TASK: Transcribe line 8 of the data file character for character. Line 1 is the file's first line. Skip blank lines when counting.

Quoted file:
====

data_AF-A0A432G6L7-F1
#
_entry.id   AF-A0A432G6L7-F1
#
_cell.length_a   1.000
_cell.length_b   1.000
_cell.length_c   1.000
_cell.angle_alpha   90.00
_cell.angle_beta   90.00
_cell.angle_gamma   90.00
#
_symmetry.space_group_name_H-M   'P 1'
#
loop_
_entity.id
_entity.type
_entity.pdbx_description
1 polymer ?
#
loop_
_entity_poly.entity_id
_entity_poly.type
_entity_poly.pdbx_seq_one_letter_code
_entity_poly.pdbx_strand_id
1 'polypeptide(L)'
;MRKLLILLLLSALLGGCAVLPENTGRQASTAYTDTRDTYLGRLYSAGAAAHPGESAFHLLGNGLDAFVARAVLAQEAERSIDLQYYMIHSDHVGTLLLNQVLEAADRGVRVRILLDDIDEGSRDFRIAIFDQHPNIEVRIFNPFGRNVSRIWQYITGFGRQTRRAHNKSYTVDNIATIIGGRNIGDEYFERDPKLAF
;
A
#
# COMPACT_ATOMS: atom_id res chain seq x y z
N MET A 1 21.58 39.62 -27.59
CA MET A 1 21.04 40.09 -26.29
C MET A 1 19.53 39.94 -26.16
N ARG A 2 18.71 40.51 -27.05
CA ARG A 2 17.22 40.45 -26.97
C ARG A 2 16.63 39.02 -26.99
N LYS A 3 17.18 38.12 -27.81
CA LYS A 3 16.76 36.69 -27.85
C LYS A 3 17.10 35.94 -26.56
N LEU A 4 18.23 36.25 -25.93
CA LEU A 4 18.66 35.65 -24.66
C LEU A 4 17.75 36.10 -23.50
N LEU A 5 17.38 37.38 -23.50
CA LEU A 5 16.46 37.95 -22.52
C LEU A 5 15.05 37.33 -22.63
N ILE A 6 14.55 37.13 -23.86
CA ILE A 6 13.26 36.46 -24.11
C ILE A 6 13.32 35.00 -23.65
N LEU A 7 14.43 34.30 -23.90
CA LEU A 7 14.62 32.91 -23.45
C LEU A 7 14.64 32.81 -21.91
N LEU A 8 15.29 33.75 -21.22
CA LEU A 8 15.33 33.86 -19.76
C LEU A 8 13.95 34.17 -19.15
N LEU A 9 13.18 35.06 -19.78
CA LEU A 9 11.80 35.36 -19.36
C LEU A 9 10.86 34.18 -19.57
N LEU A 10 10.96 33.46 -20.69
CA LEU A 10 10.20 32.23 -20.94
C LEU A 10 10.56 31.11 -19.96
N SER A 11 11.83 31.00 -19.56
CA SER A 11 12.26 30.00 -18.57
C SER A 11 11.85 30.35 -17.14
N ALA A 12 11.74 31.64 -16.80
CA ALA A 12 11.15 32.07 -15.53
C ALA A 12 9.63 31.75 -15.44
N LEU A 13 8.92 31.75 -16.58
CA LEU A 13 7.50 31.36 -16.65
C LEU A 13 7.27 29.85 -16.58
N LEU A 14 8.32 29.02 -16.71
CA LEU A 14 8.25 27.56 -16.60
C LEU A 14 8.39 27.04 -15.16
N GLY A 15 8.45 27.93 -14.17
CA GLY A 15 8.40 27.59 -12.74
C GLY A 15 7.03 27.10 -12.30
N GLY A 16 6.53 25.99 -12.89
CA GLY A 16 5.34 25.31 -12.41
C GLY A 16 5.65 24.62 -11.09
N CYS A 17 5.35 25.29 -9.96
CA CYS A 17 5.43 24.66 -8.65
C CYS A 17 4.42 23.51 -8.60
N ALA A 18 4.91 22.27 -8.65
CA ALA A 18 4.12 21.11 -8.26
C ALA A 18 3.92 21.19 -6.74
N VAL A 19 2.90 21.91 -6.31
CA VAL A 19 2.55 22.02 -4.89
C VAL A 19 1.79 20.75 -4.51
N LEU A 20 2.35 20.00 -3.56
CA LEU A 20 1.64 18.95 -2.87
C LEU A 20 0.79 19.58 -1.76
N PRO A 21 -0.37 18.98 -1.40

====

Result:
_cell.angle_alpha   90.00